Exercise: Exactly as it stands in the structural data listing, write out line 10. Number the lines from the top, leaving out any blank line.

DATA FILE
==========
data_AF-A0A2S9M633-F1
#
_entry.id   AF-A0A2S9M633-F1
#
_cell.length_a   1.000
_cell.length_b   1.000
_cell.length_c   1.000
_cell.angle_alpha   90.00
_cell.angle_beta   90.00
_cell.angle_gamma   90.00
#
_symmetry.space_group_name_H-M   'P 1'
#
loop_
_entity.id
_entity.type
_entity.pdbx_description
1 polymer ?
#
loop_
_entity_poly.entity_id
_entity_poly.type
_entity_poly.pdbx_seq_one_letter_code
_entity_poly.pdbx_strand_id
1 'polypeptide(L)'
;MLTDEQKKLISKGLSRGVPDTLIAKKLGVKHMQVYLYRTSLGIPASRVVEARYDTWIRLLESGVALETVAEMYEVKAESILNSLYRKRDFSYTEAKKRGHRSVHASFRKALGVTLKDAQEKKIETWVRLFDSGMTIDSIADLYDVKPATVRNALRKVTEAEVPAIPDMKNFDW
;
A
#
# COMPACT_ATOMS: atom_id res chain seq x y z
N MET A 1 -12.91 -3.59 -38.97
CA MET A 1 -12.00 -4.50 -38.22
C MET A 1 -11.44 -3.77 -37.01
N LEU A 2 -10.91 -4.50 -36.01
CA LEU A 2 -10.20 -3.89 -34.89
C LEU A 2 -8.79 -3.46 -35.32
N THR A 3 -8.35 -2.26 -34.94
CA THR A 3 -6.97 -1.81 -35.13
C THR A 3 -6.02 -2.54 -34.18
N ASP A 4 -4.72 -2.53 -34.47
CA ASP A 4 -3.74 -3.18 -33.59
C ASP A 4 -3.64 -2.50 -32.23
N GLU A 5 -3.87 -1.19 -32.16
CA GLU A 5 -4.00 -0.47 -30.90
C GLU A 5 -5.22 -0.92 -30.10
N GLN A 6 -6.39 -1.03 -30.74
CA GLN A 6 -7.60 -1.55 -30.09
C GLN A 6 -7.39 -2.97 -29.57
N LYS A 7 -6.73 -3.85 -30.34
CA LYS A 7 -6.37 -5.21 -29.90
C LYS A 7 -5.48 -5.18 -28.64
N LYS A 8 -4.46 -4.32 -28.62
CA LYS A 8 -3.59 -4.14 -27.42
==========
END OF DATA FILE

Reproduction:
_cell.angle_gamma   90.00